2012 Worst Intersection in Seattle: 5th and Denny

5th and Denny, no crossing

The worst intersection in Seattle

The 2012 winner of the Worst Intersection in Seattle is 5th and Denny. This intersection has a lot going for it, but a missing crosswalk and a dangerous one, along with a pedestrian signal that works only if someone hits the button, impede mobility in the area and undermine the city’s efforts to promote walkability.

You could pick dozens of bad intersections in Seattle from an era of car-friendly road building. However, in the case of 5th and Denny, the concrete that was poured decades ago isn’t the biggest problem; it’s the regulated, almost deliberate hostility to pedestrians in an area that demands the opposite. Four blocks away from last year’s worst “intersection” of Aurora and its non-crossing cross streets of John, Thomas, Harrison, and Republican, 5th and Denny is an active intersection for multiple modes of transportation in a very walkable area in the heart of the city. The sidewalks are relatively wide and smooth and the intersection has two plazas and street-friendly retail.

5th and Denny push button

Push to cross

Bordering Belltown, this intersection is host to substantial foot traffic from residents. Unfortunately, pedestrians aren’t allowed to cross Denny on the east side of 5th/Cedar, and instead must cross three streets instead of one. On southeast-bound 5th Avenue, which some call the “5th Avenue onramp,” pedestrians are forced into areas outside drivers’ lines of sight and cars veering onto Fifth speed by.

One of the most remarkable problems of this intersection is the one that is the easiest to address. People trying to cross Denny often find themselves stuck waiting for the signal to change, not realizing that they have to push the button to cross.

5th and Denny looking northwest

This intersection has potential

In much of this area near the Space Needle and multiple hotels, tourists from Tucson to Toronto and Spokane to Sequim experience what walkable, urban, Seattle has to offer. With high pedestrian traffic, frequent bus service, and the monorail soaring overhead, this intersection could serve as an example of what a pedestrian-friendly city can be like. However, the 5th and Denny intersection treats them like second-class citizens with the same “no pedestrians” sign they might see if trying to cross a freeway in Fargo and the same push button signals they would use to cross an 8-lane suburban highway in Houston.

For all of Seattle’s progressive urban undertakings – greenways, road diets, and the proposals to lift parking requirements – what does it say about the city if we can’t be practical enough to make an important urban intersection work well for walkers? What does it say if we don’t allow pedestrian to cross an urban intersection without hitting a button? What does it say if we’re ok with pedestrians being forced to cross three streets instead of one? What does it say if we allow pedestrians to be hidden behind a pillar?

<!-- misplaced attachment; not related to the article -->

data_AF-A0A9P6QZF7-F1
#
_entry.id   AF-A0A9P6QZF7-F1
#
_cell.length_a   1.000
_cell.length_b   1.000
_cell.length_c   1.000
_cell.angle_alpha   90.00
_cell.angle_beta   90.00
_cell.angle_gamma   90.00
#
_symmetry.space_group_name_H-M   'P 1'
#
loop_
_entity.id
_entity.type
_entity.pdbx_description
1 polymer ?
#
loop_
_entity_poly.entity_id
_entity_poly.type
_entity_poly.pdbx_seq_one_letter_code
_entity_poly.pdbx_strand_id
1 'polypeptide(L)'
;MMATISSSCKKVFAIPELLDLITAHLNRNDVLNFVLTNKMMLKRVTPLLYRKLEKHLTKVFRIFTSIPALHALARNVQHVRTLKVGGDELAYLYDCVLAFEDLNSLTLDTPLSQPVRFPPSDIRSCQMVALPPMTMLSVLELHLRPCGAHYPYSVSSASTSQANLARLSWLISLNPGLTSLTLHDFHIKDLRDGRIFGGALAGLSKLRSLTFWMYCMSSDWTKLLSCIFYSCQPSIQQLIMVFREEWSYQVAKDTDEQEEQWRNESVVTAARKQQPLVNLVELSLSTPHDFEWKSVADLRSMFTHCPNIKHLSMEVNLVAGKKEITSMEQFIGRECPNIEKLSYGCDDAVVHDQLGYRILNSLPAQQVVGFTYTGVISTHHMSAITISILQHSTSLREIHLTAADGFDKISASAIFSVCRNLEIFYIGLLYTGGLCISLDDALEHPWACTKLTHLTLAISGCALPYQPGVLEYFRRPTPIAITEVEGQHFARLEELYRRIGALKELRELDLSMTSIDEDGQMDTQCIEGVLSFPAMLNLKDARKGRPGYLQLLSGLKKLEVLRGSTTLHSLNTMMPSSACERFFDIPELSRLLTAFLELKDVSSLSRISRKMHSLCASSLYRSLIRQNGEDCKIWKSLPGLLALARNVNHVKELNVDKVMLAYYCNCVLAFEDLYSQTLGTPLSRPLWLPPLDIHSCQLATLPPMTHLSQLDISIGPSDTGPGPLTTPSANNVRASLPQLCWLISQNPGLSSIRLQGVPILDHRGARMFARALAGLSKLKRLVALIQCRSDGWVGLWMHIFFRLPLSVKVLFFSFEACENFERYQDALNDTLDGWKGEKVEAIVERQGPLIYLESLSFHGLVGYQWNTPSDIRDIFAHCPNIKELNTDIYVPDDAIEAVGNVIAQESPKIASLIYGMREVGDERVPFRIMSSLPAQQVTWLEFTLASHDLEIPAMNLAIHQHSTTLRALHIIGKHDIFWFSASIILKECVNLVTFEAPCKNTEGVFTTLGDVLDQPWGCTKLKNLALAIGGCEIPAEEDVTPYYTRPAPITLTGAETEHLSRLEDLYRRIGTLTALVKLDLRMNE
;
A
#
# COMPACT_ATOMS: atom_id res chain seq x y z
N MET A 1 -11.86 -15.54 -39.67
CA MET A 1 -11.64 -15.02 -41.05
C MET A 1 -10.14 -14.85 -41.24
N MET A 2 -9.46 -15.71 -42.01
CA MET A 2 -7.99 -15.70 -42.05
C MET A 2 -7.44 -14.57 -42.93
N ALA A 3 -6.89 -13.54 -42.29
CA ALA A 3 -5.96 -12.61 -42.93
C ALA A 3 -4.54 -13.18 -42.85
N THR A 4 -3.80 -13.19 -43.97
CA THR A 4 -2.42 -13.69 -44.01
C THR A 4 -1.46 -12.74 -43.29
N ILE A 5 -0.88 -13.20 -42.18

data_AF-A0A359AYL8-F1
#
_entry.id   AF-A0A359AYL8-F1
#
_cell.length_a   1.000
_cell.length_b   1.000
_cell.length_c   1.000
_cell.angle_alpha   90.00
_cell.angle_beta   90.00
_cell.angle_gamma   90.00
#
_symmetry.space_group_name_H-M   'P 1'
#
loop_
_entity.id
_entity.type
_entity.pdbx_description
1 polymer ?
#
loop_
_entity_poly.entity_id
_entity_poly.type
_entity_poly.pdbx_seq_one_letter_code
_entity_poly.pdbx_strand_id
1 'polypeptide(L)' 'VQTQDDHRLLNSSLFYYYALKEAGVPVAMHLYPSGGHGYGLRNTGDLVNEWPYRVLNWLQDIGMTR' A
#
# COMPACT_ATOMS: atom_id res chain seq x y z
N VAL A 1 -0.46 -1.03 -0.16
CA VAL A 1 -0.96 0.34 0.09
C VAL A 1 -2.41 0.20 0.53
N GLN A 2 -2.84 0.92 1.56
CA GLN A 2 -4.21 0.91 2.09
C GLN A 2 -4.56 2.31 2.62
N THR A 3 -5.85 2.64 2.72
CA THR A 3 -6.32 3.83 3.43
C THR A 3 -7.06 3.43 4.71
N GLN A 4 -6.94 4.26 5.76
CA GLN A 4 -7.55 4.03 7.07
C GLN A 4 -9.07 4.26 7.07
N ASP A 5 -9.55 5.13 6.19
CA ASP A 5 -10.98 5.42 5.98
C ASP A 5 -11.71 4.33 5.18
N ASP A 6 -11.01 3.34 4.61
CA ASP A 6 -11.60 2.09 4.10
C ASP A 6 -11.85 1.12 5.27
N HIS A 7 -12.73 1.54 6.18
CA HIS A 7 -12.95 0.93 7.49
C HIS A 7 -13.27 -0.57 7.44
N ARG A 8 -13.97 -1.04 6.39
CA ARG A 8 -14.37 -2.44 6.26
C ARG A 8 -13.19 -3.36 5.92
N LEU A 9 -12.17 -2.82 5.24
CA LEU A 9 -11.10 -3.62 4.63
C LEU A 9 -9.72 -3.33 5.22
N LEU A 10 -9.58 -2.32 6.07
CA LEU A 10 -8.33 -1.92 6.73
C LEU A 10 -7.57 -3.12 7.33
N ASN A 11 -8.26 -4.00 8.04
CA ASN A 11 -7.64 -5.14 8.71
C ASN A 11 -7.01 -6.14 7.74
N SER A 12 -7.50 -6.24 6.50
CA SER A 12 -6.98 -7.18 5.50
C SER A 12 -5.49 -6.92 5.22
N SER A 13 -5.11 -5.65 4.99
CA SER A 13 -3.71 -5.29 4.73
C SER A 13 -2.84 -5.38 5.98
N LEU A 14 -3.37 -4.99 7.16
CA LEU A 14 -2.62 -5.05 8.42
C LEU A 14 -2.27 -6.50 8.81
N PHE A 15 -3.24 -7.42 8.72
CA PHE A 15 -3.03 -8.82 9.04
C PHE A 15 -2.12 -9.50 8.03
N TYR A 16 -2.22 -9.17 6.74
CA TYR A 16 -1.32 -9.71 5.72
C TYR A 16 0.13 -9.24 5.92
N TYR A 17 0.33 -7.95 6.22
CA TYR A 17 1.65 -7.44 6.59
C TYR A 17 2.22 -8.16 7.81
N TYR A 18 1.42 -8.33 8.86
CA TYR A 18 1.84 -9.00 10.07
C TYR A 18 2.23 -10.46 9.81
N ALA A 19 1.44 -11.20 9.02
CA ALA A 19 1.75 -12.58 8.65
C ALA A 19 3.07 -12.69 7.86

It says that despite the city’s progressive urban ambitious, we will never reach our potential as a city until we rethink intersections like 5th and Denny that put cars first and put pedestrians last.


3 Responses to “2012 Worst Intersection in Seattle: 5th and Denny”

  • You captured it perfectly. I’m very happy my nominee won. The funny thing about intersections all around town is they always seem equally bad, ESPECIALLY on Denny. But this is a very good example.

  • Exactly! The biggest problem I have when a pedestrian (or as a cyclist who sometimes has to use the sidewalk) is those dammed buttons. There is no reason that there should be a “don’t walk” signal when the parallel light is green. None. I shouldn’t have to wait for a full intersection light rotation (some lasting over a minute) to cross the intersection as a pedestrian (shortening those signal rotations would help). Some buttons don’t work which then requires what looks like jaywalking to a lot of people (there are two lights like this that never seem to get fixed by SDOT despite reporting of the problem multiple times). Or some buttons are hard to reach if with a bicycle (yes, sometimes the actual bike route utilizes a sidewalk not an actual bike path or the street). I was recently in San Francisco for four days – that is a city we need to look to. One with hills and high density, very pedestrian friendly. Not once did I need to punch a button to cross a street and not once was I constantly waiting at each block for a “walk” signal (walk signals seem to be timed for pedestrian, not driver speed…you know how in Seattle you walk from 6th to first and encounter a “don’t walk” at each block?). SDOT just doesn’t get it at all.

  • Good choice! but there are many contenders. I didn’t submit an entry, but mine would have been EVERY SINGLE UNMARKED CROSSWALK IN SEATTLE! As those of us who walk and bike are well aware, every intersection contains an unmarked crosswalk and cars are legally required to stop for pedestrians at these crosswalks. Someone should inform the drivers of this law! I would estimate that approximately 1 out of 200-300 drivers are willing to stop for pedestrians at unmarked crosswalks.

Comments are currently closed.